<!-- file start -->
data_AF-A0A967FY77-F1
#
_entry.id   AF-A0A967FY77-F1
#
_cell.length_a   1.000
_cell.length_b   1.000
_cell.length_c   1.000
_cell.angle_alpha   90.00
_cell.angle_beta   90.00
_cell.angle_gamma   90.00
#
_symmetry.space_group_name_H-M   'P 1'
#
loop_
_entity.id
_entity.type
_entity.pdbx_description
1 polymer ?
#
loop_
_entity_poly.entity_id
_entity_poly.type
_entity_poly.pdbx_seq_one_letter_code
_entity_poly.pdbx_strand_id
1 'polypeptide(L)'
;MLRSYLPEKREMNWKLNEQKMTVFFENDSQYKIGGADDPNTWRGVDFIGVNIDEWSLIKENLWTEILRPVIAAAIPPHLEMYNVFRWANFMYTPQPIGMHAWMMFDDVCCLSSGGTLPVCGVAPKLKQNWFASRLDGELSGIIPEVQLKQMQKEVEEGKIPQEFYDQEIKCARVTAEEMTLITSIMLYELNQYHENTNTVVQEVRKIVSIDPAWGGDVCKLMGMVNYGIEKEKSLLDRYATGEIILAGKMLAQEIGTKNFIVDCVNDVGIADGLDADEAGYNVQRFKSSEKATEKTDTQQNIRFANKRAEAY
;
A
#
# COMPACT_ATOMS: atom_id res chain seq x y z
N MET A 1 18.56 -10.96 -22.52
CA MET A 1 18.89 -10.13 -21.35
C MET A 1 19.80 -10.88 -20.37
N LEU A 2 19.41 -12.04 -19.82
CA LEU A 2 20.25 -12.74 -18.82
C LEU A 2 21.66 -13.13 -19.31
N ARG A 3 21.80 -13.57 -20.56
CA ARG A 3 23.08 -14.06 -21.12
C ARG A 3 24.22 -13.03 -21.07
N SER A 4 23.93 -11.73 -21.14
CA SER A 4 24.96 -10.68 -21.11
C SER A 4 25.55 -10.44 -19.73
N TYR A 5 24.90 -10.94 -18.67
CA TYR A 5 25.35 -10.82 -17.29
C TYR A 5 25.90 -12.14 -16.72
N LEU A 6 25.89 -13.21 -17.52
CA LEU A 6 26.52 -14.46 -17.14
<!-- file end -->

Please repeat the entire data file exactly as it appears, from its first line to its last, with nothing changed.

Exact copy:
data_AF-A0A967FY77-F1
#
_entry.id   AF-A0A967FY77-F1
#
_cell.length_a   1.000
_cell.length_b   1.000
_cell.length_c   1.000
_cell.angle_alpha   90.00
_cell.angle_beta   90.00
_cell.angle_gamma   90.00
#
_symmetry.space_group_name_H-M   'P 1'
#
loop_
_entity.id
_entity.type
_entity.pdbx_description
1 polymer ?
#
loop_
_entity_poly.entity_id
_entity_poly.type
_entity_poly.pdbx_seq_one_letter_code
_entity_poly.pdbx_strand_id
1 'polypeptide(L)'
;MLRSYLPEKREMNWKLNEQKMTVFFENDSQYKIGGADDPNTWRGVDFIGVNIDEWSLIKENLWTEILRPVIAAAIPPHLEMYNVFRWANFMYTPQPIGMHAWMMFDDVCCLSSGGTLPVCGVAPKLKQNWFASRLDGELSGIIPEVQLKQMQKEVEEGKIPQEFYDQEIKCARVTAEEMTLITSIMLYELNQYHENTNTVVQEVRKIVSIDPAWGGDVCKLMGMVNYGIEKEKSLLDRYATGEIILAGKMLAQEIGTKNFIVDCVNDVGIADGLDADEAGYNVQRFKSSEKATEKTDTQQNIRFANKRAEAY
;
A
#
# COMPACT_ATOMS: atom_id res chain seq x y z
N MET A 1 18.56 -10.96 -22.52
CA MET A 1 18.89 -10.13 -21.35
C MET A 1 19.80 -10.88 -20.37
N LEU A 2 19.41 -12.04 -19.82
CA LEU A 2 20.25 -12.74 -18.82
C LEU A 2 21.66 -13.13 -19.31
N ARG A 3 21.80 -13.57 -20.56
CA ARG A 3 23.08 -14.06 -21.12
C ARG A 3 24.22 -13.03 -21.07
N SER A 4 23.93 -11.73 -21.14
CA SER A 4 24.96 -10.68 -21.11
C SER A 4 25.55 -10.44 -19.73
N TYR A 5 24.90 -10.94 -18.67
CA TYR A 5 25.35 -10.82 -17.29
C TYR A 5 25.90 -12.14 -16.72
N LEU A 6 25.89 -13.21 -17.52
CA LEU A 6 26.52 -14.46 -17.14